In 2015 I wrote the score for Polly Findlay's Merchant of Venice at the Royal Shakespeare Company in Stratford upon Avon. The music and arrangements were drawn from 15th and 16th century sacred and secular vocal pieces that had close associations with Venice.
So-called laudes (songs of praise), that were historically performed by children in the streets of Venice, provided a simple secular counterpoint to more complex sacred pieces reflecting the concept of the ‘music of the spheres’, such as Infelix Ego by Adrian Willaert.
The director’s desire to emphasis the effects of sorrow, grief and religious “madness”, were reflected in an eerie score that was performed live on stage by the cast, supported by a band featuring metallic percussion, electric guitar and low brass, off-stage singers, and a children’s vocal ensemble.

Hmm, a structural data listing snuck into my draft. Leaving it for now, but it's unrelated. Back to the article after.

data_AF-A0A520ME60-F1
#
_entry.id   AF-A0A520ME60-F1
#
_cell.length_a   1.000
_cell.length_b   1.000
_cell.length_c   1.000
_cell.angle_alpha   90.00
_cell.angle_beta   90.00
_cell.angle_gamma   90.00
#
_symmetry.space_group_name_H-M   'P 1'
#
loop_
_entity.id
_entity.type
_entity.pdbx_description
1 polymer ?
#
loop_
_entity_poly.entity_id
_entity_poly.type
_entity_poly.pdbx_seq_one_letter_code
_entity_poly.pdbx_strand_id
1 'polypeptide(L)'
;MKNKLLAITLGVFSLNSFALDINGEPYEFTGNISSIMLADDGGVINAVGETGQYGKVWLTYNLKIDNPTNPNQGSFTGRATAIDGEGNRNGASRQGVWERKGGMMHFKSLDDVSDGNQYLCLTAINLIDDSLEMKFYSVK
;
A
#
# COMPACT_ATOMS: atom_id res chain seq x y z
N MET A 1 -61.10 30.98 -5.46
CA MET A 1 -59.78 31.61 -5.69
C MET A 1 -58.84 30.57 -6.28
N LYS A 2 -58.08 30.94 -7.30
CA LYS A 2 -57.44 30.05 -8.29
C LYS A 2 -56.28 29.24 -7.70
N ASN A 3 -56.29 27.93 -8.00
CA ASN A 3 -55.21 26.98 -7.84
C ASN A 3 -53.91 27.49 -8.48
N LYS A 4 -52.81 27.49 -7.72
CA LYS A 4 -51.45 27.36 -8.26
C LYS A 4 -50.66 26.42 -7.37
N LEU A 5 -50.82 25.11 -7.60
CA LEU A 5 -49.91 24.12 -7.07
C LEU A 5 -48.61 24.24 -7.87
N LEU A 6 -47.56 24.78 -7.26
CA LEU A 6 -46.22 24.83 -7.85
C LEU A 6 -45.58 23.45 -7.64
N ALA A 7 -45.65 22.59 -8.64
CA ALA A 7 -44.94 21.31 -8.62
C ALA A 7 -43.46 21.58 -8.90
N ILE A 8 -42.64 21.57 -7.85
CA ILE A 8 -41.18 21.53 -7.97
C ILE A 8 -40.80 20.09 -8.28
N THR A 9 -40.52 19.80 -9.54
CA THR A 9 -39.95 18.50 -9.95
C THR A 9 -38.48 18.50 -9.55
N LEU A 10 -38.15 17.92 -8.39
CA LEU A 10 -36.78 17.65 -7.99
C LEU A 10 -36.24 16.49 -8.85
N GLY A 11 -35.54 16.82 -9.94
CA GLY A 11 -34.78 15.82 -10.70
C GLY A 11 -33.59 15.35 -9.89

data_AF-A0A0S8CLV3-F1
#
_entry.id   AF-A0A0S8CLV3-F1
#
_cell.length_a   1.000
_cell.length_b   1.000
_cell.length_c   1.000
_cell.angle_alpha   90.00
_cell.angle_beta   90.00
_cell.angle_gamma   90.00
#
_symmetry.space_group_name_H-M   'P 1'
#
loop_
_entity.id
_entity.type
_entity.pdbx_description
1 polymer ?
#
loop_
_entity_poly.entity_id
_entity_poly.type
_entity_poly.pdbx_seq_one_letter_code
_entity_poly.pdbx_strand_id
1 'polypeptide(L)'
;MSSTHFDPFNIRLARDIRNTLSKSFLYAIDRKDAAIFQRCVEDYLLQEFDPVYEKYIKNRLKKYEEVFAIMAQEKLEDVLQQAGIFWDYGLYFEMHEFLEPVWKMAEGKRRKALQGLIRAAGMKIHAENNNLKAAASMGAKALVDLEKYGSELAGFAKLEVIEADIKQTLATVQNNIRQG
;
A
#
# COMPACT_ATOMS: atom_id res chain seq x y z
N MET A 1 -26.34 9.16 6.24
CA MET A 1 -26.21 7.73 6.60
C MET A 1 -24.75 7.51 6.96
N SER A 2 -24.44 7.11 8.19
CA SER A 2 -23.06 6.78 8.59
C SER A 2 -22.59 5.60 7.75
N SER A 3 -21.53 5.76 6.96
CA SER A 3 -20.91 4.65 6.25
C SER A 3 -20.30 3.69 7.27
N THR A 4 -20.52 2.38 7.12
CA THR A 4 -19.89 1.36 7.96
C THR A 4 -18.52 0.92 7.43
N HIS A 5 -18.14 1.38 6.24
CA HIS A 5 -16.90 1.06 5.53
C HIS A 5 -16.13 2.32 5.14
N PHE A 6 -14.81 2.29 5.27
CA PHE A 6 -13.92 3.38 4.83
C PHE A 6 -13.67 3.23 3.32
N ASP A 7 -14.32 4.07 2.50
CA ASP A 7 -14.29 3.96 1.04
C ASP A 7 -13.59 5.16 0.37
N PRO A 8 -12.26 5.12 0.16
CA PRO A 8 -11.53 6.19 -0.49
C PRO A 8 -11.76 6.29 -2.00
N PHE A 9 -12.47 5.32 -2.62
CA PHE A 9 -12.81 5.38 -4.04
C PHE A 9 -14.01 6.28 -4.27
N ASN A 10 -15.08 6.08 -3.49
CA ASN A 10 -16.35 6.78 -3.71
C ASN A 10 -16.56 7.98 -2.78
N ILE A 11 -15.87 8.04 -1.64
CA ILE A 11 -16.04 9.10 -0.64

Several Glockenspiels, slightly out of tune with each other, served as a link with the stark metallic stage design by Johannes Schütz. To strengthen that link further so-called transducers were built into the back wall of the stage, creating a massive sound installation.
The desire to musically emphasise the immense pressure the main characters of the play are under led to modern instrumentations of period fragments - the loop based gestures of minimal music functioning as a technique to musically mark returning motives of never-ending pain.
Most prominently, we used a period piece by an anonymous composer called Ecce Quomodo Moritur Iustus before the trial scene. "Behold how the just man dies, and no one takes it to heart, and just men are carried off from the earth and no one ponders it."